The government has tabled legislation that will enable the Asia Region Funds Passport.
Minister for Revenue and Financial Services Kelly O’Dwyer said the Asia Region Funds Passport will enable the Australian economy to be better integrated with Asia at large.
“It will provide Australian fund managers with access to Asia’s expanding middle class and high net worth individuals, by allowing them to offer their products into the region without having to go through duplicative approval processes in each economy,” Ms O’Dwyer said.
Draft legislation for the Corporations Amendment (Asia Region Funds Passport) Bill was released late December last year, as reported by InvestorDaily.
Alongside Australia, Japan, Korea, New Zealand and Thailand have also signed up to implement the passport.
The Funds Passport is accompanied by the corporate collective investment vehicle (CCIV) regime “which will provide Australian fund managers with a well-recognised, corporate structure vehicle to export to investors in Asia,” according to the statement.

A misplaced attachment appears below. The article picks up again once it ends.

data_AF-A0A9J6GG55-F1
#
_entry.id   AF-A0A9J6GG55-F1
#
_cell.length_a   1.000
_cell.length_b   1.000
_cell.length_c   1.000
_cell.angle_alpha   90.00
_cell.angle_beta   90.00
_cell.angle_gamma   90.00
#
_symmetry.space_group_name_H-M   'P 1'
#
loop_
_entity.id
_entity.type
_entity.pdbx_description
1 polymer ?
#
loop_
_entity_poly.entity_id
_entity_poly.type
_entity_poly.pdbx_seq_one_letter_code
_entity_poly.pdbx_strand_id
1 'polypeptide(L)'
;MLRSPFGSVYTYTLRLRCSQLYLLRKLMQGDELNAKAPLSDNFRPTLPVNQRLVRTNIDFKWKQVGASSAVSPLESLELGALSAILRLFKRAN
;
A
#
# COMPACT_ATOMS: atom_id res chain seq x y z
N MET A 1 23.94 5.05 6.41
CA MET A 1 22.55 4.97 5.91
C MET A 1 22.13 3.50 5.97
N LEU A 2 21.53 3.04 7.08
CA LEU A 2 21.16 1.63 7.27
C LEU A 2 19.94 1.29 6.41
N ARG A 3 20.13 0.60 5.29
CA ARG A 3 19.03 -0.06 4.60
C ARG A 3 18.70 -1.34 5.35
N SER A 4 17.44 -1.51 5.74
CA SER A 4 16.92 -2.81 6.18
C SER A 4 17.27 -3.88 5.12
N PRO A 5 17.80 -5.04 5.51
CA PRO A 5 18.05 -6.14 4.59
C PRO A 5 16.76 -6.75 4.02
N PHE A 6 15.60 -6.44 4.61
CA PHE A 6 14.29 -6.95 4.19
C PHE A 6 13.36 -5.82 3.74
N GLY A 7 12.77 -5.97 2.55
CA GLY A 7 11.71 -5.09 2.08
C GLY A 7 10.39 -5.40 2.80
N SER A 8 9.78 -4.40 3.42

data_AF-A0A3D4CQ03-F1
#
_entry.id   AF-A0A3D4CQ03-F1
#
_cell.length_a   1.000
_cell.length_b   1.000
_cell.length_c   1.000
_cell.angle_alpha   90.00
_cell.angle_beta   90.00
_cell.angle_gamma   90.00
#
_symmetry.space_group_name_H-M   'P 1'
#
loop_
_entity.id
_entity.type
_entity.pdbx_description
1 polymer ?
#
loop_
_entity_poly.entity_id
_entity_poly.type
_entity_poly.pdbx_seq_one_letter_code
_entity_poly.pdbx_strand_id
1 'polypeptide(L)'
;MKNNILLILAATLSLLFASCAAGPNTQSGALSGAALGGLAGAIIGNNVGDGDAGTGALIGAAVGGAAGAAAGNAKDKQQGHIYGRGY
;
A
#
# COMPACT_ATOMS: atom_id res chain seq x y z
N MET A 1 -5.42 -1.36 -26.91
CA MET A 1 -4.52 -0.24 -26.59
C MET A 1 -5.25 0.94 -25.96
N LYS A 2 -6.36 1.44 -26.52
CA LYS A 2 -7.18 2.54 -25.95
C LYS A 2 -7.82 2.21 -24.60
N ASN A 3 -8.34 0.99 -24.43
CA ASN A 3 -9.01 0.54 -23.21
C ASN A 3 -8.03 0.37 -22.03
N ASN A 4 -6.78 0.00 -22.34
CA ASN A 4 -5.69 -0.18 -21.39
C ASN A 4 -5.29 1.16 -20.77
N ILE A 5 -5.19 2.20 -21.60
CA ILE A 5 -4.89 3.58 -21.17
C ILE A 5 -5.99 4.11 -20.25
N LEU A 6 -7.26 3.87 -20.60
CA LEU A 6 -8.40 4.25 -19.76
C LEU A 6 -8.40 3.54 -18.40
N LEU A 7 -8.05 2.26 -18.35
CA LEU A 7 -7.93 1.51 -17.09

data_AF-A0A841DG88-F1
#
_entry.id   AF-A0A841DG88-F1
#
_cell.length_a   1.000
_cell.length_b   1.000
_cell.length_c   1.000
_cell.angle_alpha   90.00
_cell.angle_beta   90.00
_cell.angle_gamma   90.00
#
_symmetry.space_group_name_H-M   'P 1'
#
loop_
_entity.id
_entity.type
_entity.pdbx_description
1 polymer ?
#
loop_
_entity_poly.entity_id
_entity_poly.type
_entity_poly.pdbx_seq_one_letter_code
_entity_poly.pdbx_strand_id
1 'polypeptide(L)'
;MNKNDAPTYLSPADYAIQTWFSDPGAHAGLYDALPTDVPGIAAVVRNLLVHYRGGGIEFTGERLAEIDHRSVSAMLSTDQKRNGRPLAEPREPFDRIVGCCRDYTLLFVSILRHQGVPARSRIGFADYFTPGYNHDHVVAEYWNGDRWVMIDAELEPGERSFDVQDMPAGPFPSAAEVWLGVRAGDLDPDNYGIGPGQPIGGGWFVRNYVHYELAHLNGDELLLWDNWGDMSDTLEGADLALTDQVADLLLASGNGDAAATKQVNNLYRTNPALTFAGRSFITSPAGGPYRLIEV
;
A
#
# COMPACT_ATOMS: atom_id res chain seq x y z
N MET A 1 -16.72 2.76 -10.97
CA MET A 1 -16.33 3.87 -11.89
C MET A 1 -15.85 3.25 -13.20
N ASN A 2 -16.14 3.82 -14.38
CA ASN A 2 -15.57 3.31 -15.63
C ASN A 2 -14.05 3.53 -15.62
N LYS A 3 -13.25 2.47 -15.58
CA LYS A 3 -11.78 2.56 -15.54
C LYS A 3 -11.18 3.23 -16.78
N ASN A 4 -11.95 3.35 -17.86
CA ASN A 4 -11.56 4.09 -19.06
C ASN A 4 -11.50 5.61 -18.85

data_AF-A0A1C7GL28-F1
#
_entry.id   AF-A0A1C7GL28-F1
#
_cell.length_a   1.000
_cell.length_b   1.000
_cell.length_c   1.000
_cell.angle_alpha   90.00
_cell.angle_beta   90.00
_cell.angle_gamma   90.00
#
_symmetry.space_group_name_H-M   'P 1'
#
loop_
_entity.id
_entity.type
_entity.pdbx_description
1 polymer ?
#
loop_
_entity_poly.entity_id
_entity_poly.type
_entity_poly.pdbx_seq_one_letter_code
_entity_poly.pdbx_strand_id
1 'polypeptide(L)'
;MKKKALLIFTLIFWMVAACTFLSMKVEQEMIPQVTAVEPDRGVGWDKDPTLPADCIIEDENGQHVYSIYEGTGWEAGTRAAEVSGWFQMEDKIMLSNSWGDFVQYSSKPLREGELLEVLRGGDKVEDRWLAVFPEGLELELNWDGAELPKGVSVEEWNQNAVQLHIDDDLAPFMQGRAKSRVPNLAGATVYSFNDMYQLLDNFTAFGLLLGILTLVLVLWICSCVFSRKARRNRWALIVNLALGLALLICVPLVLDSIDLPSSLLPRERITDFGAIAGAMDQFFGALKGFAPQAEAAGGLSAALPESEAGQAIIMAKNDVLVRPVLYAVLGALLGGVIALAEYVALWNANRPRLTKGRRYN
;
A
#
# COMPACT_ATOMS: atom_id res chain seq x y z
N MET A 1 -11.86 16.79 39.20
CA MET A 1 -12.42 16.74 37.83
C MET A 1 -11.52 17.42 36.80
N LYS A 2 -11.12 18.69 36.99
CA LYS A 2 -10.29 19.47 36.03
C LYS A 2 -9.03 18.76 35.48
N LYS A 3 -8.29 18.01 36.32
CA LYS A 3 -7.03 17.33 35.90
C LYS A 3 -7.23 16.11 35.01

When Treasury released the Passport Funds and CCIV bills for public consultation in August 2017, Ms O’Dwyer said CCIV was an “internationally recognisable vehicle which can be readily marketed to foreign investors".
The Financial Services Council welcomed the legislation for the Passport in a separate statement but also urged government to consider “vital tax reforms”.
“Australia’s complex withholding tax system for funds management raises little money, but harms our competitiveness,” said FSC chief executive Sally Loane.
“If withholding taxes are not reformed, Australia’s fund managers will be at a major disadvantage in the Passport.
“This is because many investors in Passport countries will avoid Australian funds and choose to invest in a foreign fund with a simpler withholding tax system.
“As a result, there is added urgency for the Government to address this significant remaining issue,” Ms Loane concluded.
The Passport Joint Committee, comprised of one representative from each signatory, will hold its next meeting in Sydney in April to discuss the progress of the Passport’s implementation.
Moody’s Investors Service has downgraded its ratings for AMP Group and its banking arm, citing dampened operating results, reputational da...
The cuts to dividends in the reporting season as 70 per cent of ASX-listed companies shrunk or axed their payouts have shown that generating...